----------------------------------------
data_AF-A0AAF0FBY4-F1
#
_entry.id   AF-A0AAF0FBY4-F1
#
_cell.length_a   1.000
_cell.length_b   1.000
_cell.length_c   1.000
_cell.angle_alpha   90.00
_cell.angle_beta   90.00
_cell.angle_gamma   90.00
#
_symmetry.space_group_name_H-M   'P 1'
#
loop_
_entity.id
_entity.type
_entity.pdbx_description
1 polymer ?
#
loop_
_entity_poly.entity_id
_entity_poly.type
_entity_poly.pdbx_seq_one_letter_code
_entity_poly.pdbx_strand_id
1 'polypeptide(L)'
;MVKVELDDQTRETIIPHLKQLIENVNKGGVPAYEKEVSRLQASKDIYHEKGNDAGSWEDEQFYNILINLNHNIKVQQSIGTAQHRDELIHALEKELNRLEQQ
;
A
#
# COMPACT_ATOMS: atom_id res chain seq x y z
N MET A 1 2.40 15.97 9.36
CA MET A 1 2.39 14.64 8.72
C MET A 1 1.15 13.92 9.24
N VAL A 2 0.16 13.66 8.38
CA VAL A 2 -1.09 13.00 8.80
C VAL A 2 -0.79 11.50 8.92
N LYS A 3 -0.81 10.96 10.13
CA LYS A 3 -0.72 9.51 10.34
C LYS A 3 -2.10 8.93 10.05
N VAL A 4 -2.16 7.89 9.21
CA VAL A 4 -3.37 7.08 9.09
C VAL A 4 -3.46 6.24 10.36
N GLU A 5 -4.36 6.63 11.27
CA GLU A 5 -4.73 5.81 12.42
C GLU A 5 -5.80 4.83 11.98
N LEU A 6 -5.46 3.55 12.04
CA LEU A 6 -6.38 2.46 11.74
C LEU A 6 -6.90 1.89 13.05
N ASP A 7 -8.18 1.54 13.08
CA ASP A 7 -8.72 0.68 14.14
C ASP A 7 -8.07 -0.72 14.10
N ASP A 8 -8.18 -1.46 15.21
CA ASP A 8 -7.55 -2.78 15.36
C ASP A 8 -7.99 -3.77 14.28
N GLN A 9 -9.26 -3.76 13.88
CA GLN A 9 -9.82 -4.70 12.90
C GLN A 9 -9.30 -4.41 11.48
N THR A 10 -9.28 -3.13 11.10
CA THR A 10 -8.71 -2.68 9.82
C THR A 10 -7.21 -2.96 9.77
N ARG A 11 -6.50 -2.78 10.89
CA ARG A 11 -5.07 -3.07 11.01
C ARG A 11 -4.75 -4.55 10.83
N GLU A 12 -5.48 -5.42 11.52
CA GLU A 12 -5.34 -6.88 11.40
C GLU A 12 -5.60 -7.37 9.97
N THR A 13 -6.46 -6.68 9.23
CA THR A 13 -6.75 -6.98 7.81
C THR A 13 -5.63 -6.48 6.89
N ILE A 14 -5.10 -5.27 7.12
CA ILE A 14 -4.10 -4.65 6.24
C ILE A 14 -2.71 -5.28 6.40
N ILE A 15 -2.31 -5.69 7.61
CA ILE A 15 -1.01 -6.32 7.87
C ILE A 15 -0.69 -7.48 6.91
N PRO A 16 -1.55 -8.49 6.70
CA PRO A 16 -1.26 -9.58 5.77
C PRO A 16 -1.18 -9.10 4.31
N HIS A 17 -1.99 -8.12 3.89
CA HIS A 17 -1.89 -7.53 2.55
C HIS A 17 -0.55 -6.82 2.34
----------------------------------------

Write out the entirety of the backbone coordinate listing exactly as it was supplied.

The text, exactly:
data_AF-A0AAF0FBY4-F1
#
_entry.id   AF-A0AAF0FBY4-F1
#
_cell.length_a   1.000
_cell.length_b   1.000
_cell.length_c   1.000
_cell.angle_alpha   90.00
_cell.angle_beta   90.00
_cell.angle_gamma   90.00
#
_symmetry.space_group_name_H-M   'P 1'
#
loop_
_entity.id
_entity.type
_entity.pdbx_description
1 polymer ?
#
loop_
_entity_poly.entity_id
_entity_poly.type
_entity_poly.pdbx_seq_one_letter_code
_entity_poly.pdbx_strand_id
1 'polypeptide(L)'
;MVKVELDDQTRETIIPHLKQLIENVNKGGVPAYEKEVSRLQASKDIYHEKGNDAGSWEDEQFYNILINLNHNIKVQQSIGTAQHRDELIHALEKELNRLEQQ
;
A
#
# COMPACT_ATOMS: atom_id res chain seq x y z
N MET A 1 2.40 15.97 9.36
CA MET A 1 2.39 14.64 8.72
C MET A 1 1.15 13.92 9.24
N VAL A 2 0.16 13.66 8.38
CA VAL A 2 -1.09 13.00 8.80
C VAL A 2 -0.79 11.50 8.92
N LYS A 3 -0.81 10.96 10.13
CA LYS A 3 -0.72 9.51 10.34
C LYS A 3 -2.10 8.93 10.05
N VAL A 4 -2.16 7.89 9.21
CA VAL A 4 -3.37 7.08 9.09
C VAL A 4 -3.46 6.24 10.36
N GLU A 5 -4.36 6.63 11.27
CA GLU A 5 -4.73 5.81 12.42
C GLU A 5 -5.80 4.83 11.98
N LEU A 6 -5.46 3.55 12.04
CA LEU A 6 -6.38 2.46 11.74
C LEU A 6 -6.90 1.89 13.05
N ASP A 7 -8.18 1.54 13.08
CA ASP A 7 -8.72 0.68 14.14
C ASP A 7 -8.07 -0.72 14.10
N ASP A 8 -8.18 -1.46 15.21
CA ASP A 8 -7.55 -2.78 15.36
C ASP A 8 -7.99 -3.77 14.28
N GLN A 9 -9.26 -3.76 13.88
CA GLN A 9 -9.82 -4.70 12.90
C GLN A 9 -9.30 -4.41 11.48
N THR A 10 -9.28 -3.13 11.10
CA THR A 10 -8.71 -2.68 9.82
C THR A 10 -7.21 -2.96 9.77
N ARG A 11 -6.50 -2.78 10.89
CA ARG A 11 -5.07 -3.07 11.01
C ARG A 11 -4.75 -4.55 10.83
N GLU A 12 -5.48 -5.42 11.52
CA GLU A 12 -5.34 -6.88 11.40
C GLU A 12 -5.60 -7.37 9.97
N THR A 13 -6.46 -6.68 9.23
CA THR A 13 -6.75 -6.98 7.81
C THR A 13 -5.63 -6.48 6.89
N ILE A 14 -5.10 -5.27 7.12
CA ILE A 14 -4.10 -4.65 6.24
C ILE A 14 -2.71 -5.28 6.40
N ILE A 15 -2.31 -5.69 7.61
CA ILE A 15 -1.01 -6.32 7.87
C ILE A 15 -0.69 -7.48 6.91
N PRO A 16 -1.55 -8.49 6.70
CA PRO A 16 -1.26 -9.58 5.77
C PRO A 16 -1.18 -9.10 4.31
N HIS A 17 -1.99 -8.12 3.89
CA HIS A 17 -1.89 -7.53 2.55
C HIS A 17 -0.55 -6.82 2.34